New figures reveal that the cost of renting a private home in Britain has increased by 2.3% over the past year, rising faster than the overall cost of living. The news comes to light as official data reveals a quarter of the properties bought in the third quarter of 2016 were buy to let or second homes.
Figures from the Office for National Statistics (ONS) point to a 2.3% rise in private rental prices in the year to September, a rise which exceeds the 1% increase in the cost of living, as recorded by inflation.
The South of East of England saw the highest rise in rents, as typical rents grew by 3.5%, ahead of a 3% rise in the East of England. On average rental prices grew by 2.5% in England, 0.1% in Wales, and fell by 0.1% in Scotland.
Figures indicate that rents have been rising at a slower rate than house prices, with the ONS reporting that residential house price growth in Britain has typically been stronger than rental price growth. The average 12-month rate of house price inflation between January 2014 and August 2016 was 7.3%, compared with 2.1% for rental prices.
Meanwhile, new figures from HMRC reveal that a quarter of properties bought in the third quarter of 2016 were buy to let or second homes.
Out of the 235,000 properties eligible to pay stamp duty land tax (SDLT) in Q3 2016, 56,100 properties paid the additional 3% surcharge levied on second homes since April this year.
Overall, the number of property transactions eligible for SDLT in Q3 was 13% higher than the previous quarter and 1% higher than Q3 2015.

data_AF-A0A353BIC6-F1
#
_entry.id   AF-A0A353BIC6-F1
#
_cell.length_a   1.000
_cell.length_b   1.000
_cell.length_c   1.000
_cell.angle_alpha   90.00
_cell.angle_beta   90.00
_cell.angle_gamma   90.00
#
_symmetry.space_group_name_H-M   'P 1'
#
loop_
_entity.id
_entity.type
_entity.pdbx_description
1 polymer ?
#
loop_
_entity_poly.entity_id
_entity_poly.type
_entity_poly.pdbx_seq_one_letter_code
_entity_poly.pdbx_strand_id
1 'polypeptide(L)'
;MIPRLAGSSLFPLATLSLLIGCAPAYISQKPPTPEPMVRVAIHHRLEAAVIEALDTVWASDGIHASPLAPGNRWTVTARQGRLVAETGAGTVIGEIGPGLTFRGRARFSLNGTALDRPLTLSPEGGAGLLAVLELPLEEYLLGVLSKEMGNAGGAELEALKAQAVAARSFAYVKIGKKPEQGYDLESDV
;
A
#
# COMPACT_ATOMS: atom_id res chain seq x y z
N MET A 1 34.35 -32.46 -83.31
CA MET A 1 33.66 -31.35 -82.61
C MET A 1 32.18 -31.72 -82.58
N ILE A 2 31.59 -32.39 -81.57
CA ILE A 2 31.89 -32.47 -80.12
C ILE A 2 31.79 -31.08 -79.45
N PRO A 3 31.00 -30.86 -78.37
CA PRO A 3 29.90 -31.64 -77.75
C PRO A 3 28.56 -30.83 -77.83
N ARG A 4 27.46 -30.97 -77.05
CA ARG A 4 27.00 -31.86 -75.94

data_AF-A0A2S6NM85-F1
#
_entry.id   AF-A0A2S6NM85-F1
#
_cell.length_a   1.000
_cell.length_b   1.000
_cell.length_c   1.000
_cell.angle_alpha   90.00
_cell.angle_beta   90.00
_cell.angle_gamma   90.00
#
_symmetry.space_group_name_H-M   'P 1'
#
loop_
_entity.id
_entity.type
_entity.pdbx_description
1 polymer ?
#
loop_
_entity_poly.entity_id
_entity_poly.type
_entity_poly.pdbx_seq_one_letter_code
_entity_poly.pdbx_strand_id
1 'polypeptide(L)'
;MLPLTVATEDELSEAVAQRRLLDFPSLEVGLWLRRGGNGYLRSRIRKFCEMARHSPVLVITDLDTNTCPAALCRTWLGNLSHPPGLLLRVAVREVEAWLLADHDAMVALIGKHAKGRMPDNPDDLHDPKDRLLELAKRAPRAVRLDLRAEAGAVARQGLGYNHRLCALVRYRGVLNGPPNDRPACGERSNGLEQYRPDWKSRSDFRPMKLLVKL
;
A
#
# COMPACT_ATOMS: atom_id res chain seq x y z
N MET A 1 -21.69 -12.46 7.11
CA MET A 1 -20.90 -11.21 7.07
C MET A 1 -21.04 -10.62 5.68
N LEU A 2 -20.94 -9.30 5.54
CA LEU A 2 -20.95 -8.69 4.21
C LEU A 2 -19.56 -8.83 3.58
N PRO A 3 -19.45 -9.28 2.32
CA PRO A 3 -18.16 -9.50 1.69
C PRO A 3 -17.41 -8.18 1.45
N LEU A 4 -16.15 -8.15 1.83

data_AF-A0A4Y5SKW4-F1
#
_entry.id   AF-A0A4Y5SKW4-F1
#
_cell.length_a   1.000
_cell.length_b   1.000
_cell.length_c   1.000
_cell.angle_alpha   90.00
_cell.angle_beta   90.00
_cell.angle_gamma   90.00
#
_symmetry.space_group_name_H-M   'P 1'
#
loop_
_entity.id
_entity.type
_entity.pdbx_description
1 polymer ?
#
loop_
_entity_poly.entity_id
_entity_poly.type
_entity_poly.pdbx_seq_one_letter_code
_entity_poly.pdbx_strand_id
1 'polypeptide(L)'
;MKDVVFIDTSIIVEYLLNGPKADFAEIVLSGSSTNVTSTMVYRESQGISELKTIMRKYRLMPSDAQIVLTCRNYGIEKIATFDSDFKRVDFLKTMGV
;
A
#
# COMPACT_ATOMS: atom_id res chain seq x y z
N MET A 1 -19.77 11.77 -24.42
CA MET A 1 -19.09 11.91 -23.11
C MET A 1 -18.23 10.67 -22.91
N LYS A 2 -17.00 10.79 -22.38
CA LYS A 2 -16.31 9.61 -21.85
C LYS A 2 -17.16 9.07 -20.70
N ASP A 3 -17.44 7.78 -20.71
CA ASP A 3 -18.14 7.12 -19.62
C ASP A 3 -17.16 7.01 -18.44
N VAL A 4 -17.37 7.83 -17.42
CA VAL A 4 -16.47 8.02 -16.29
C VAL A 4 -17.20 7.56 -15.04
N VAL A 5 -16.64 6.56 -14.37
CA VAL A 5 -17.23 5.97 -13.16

The sale of properties paying the additional 3% surcharge has raised £670m in tax so far this year.
In total, since the introduction of the levy in April, there have been around 86,400 property sales eligible for the surcharge.
An HMRC statement said:
“Following feedback from our users, we have included a quarterly estimate of the amount of SDLT paid due only to the 3% higher rate on additional properties.”
Jeremy Duncombe, director of Legal & General Mortgage Club director said:
“Given the turbulence in Britain’s political landscape in the last six months, it’s reassuring to see that today’s statistics have not shown a drastic drop in transaction numbers.
“It is comforting to see that the number of property transactions under £250,000 is continuing to rise – even if higher value property transactions have declined year on year.
“At the top end of the market, stamp duty increases and market uncertainty have led to a slowdown above the £1m mark. At this level, homeowners are having to carefully weigh up the significant costs of moving.”